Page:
ASIA-OCEANIAEcumenical prayer group
Rajabima Oblate Centre, situated in the ancient sacred Buddhist city of Anuradhapura, is a community established also with the view of reaching out to the poor of other religions. Following the teachings of the Church after the second Vatican Council, the Oblate community at Rajabima has taken the initiative to invite the pastors and community leaders of different Christian denominations to come together for prayer.
This sign of unity among Christians has been appreciated by many and has become a regular event. The Ecumenical Prayer Group gathers every month in a place of worship of one of the participating communities and prays according to the tradition of that particular Christian denomination. The prayer is based on Scripture and life sharing which has become the bond between all the Christians.
Recently, the gathering and ecumenical prayer was held at the Oblate centre. In promoting Christian unity, there were about seventeen representative religious leaders who came forward in creating common ground for understanding and sharing the word of God and working for the common good. The representatives were from the Salvation Army; the Anglican Church of Sri Lanka; the Subandi Brothers; Holy Family Convent of Thalawa; and from Anuradhpura: the Sisters of Providence, St. Joseph’s Cathedral, and the Oblates of Mary Immaculate.
The prayer group is the initiative of Fr. Shivantha WAAS and Oblate Deacon Shihan SHANAKA, together with the Methodist and Anglican pastors of the area. Now it is supported by the present Superior, Fr. Emmanuel FERNANDO and is attended by the Oblates of the area, Frs. Dhanushke FERNANDO and Roshan FERNANDO.
To celebrate the 3rd year of the Oblate Triennium: Mission, the Vow of Obedience and Evangelii Gaudium, the Preaching Band community at Amaithy Aham, Vavuniya, organized mission preaching.
There were two missions preached during Lent at two parishes: Komarasangkulam – Calvary and St. Joseph’s Parish, Thalvupadu in the diocese of Mannar. And there will be another mission preached at Allaipiddy parish, in the diocese of Jaffna, during the month of May.
The theme of the mission at St. Joseph’s parish was "Be merciful as your Father is merciful” (Luke 6:36). There was lots of cooperation from the parish priest, the parish council, the parish community, the Sisters of the Holy Cross of Menzingen and the Oblates working in the diocese of Mannar.
The mission programmes included:
The missions were completed on the 19th of March, the Feast of St. Joseph, the Patron of the parish community. The provincial superior, presided over the festive mass. (http://www.omijaffna.com/)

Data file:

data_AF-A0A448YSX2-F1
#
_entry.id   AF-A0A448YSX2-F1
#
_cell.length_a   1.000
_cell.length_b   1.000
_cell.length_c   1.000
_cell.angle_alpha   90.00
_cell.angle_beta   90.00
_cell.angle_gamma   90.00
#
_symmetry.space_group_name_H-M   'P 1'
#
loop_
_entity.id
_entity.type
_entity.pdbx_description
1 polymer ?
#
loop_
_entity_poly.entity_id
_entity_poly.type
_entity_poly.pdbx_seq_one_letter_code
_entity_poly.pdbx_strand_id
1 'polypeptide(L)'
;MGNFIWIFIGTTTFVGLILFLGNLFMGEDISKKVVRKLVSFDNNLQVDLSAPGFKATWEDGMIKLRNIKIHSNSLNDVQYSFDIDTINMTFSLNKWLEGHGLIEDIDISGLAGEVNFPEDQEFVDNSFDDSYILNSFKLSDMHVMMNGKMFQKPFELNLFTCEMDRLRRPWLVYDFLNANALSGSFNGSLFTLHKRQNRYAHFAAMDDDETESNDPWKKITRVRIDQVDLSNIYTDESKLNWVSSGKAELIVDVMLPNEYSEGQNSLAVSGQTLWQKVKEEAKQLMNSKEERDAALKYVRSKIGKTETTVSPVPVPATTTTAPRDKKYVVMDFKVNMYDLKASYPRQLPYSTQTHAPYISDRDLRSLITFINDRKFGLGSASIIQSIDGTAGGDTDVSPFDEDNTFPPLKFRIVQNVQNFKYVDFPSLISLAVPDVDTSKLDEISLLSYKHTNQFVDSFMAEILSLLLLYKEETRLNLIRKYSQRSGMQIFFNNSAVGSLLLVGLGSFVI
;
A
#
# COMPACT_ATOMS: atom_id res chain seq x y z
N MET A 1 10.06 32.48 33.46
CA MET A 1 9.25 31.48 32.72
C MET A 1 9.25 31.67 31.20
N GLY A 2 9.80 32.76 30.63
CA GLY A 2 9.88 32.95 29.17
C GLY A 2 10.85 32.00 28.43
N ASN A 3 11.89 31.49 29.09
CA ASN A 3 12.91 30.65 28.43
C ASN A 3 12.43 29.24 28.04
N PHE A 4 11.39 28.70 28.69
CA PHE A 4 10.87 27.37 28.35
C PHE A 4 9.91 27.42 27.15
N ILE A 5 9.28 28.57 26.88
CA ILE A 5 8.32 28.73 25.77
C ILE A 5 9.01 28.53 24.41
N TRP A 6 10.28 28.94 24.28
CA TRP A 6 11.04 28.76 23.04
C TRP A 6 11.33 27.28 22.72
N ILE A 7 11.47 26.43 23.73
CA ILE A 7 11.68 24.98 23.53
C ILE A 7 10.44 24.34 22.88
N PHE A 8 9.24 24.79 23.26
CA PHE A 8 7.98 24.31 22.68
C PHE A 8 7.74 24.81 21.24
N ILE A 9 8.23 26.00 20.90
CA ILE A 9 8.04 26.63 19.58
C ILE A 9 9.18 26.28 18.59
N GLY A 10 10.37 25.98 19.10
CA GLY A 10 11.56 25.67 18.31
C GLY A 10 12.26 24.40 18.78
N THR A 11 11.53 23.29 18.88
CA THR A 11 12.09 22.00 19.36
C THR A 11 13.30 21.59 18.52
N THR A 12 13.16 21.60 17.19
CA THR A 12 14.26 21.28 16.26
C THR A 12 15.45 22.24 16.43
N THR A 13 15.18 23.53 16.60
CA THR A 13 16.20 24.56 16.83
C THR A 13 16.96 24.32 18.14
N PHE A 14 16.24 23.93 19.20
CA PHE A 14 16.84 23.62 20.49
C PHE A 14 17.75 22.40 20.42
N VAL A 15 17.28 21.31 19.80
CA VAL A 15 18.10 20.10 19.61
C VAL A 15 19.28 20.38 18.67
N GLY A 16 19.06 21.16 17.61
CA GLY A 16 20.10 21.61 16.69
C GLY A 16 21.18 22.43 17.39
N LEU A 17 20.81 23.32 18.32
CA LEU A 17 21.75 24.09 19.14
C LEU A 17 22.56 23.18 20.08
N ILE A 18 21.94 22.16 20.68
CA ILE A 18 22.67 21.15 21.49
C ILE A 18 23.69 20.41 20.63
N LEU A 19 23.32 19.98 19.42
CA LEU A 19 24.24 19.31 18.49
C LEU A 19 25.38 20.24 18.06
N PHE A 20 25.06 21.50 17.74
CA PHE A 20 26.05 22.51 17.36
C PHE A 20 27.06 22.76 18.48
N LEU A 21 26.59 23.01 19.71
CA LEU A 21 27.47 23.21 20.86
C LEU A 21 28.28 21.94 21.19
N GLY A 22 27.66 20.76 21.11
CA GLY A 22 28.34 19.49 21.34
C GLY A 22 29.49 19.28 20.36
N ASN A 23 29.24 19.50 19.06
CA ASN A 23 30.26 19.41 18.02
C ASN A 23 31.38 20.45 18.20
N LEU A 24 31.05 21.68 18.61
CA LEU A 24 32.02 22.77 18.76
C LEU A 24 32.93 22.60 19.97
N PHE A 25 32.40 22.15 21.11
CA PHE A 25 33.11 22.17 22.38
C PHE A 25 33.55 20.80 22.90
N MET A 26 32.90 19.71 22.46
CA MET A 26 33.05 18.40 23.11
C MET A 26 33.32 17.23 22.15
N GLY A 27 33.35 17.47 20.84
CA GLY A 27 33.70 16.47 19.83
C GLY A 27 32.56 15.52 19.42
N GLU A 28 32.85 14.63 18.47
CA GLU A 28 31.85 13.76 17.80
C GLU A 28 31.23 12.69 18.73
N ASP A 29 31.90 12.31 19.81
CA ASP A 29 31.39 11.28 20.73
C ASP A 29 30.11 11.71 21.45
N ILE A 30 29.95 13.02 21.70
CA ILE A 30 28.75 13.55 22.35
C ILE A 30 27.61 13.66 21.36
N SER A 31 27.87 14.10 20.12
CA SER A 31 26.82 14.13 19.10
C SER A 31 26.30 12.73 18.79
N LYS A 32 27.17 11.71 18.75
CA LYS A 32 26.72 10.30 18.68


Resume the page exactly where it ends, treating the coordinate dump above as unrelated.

The northeastern fishing village of Kuchchaveli is one of the poorest in an area that suffered badly during Sri Lanka's 26-year-long civil war. What once was a predominantly Catholic village is now a place with a church but no Catholics. During the war all Catholics either left for neighboring India or fled south, leaving the church and village to the jungle. When fighting ceased in 2009, Buddhists, Hindus and Muslims resettled the village but none of the original Catholics returned.
A few years ago, Father Jesu RAMESH, from the Oblates of Mary Immaculate, was appointed to reopen the church, which was by then covered with jungle and inhabited by snakes. With help from police and navy personnel, Father Ramesh cleared the jungle from the church and its grounds. Minor renovations were done with the support of his Oblate congregation.
"There was no place for me to live but I occupied the sacristan's room and started my mission to serve a parish which had no single parishioner,” said Father Ramesh.
The priest quickly learned how impoverished the villagers were and how they solely relied on fishing to make a living. "But from August to January, the monsoon's heavy rain, winds and rough sea, makes fishing impossible,” said Father Ramesh. "During the monsoon a few villagers have land to do some agriculture but even that is affected by wild elephants, which roam the village to eat Palmyra palm fruits.”
Frs. Jesu RAMESH and Srian RANASINGHE
Last August a group from Oblates Missions, the charity and social service arm of the Oblates of Mary Immaculate, visited the area with the aim of supporting Father Ramesh.
"The group was touched by the depth of poverty suffered by the people and the parents were pleading with them to support their children with some jobs,” said Pat Benedict, a lay coordinator for Oblate Missions.
Father Sriyan RANASINGHE, the director of Oblates Missions, saw a large amount of cow dung on the roads around the village and suggested the idea of selling it in the capital Colombo which is 320 kilometers away.
"We had no way of finding them jobs but we found a God-given resource,” Benedict said.
Benedict said that villagers were requested to collect cow dung, dry it and then turn it into powder, making it an organic chemical-free fertilizer. They then gave the fertilizer to Father Ramesh who transported it in bags to Colombo via train.
"We sold it in the city with the support of another Catholic charismatic revival movement, the Community of the Risen Lord,” said Benedict. "The fertilizer project was also about bridging the North and South and showing our love to our brothers and sisters in the North and East. It is not only the Catholics who are involved in this project but also Buddhists, Hindus and Muslims,” he said.
A number of people who had also lost limbs in the war are also involved in the project.
Father Ranasinghe said the Oblate Missions bought equipment such as weighing scales and bagging gear to assist the project. (http://www.ucanews.com/)